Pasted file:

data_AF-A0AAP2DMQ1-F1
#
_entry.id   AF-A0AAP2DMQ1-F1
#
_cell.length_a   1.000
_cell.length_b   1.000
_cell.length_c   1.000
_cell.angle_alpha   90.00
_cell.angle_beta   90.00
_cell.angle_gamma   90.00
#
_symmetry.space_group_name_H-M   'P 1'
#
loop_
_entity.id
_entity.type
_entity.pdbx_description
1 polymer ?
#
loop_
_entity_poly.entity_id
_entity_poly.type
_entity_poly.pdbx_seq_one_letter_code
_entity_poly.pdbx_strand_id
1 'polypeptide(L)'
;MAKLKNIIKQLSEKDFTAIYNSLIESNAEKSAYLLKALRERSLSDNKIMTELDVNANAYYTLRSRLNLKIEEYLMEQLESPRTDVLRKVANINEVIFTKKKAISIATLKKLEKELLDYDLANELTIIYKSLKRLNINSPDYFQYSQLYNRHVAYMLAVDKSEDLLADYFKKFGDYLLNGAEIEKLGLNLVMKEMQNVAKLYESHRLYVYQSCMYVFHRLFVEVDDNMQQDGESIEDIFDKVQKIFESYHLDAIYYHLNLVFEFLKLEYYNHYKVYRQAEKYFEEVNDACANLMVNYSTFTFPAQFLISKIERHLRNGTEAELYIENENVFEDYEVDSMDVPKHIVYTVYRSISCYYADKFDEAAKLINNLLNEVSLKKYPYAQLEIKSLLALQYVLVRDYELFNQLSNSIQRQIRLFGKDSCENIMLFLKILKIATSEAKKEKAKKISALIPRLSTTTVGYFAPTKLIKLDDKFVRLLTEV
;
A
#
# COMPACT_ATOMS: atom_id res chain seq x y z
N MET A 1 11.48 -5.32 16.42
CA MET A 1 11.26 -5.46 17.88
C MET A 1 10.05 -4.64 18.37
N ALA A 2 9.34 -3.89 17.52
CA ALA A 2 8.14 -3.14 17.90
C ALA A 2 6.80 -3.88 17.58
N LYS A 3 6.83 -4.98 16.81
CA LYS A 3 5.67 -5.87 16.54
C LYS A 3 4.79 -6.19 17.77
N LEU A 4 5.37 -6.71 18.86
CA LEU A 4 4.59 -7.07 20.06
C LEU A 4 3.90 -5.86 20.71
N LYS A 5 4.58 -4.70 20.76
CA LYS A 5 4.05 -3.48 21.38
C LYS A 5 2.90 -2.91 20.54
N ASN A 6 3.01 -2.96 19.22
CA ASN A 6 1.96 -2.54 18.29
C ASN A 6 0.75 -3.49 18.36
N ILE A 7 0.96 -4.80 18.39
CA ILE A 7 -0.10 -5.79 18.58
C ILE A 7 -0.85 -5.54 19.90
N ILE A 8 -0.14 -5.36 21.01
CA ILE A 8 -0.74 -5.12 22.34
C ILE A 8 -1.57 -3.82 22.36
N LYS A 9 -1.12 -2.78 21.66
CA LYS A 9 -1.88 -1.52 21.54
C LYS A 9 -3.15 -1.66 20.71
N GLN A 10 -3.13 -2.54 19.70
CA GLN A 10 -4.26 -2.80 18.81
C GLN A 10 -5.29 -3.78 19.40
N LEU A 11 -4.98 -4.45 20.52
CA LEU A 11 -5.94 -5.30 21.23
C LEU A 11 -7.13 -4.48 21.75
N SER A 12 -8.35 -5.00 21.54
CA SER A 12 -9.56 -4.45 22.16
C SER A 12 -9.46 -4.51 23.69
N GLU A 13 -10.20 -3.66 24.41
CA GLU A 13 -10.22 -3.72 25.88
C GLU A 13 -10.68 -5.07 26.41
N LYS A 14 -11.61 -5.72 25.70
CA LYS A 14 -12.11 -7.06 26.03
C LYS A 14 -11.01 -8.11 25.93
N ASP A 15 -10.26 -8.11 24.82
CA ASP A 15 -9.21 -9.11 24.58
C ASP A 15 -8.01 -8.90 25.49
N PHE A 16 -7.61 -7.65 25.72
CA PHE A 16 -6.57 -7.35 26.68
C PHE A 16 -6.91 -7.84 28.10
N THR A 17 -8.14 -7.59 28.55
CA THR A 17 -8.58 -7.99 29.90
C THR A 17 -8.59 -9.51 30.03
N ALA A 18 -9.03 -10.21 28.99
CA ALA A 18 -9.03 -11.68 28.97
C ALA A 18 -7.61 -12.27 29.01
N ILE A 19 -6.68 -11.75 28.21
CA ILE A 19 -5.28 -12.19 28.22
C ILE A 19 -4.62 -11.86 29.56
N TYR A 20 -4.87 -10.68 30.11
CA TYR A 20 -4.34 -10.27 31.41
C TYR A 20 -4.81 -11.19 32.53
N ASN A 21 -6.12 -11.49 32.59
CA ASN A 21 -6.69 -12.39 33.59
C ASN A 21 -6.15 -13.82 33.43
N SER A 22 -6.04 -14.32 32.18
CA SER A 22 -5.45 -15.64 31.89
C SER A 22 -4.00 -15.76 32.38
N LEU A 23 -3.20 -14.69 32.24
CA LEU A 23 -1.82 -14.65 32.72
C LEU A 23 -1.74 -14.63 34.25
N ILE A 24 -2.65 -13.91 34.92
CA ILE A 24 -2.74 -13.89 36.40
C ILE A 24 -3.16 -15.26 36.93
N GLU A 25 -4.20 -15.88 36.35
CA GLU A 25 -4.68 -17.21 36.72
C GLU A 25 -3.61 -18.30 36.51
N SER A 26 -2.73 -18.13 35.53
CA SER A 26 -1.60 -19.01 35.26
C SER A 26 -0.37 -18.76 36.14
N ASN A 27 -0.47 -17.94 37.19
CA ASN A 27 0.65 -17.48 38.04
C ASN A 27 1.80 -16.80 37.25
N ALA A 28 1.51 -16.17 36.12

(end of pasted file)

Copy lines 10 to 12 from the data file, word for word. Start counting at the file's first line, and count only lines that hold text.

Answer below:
_cell.angle_gamma   90.00
#
_symmetry.space_group_name_H-M   'P 1'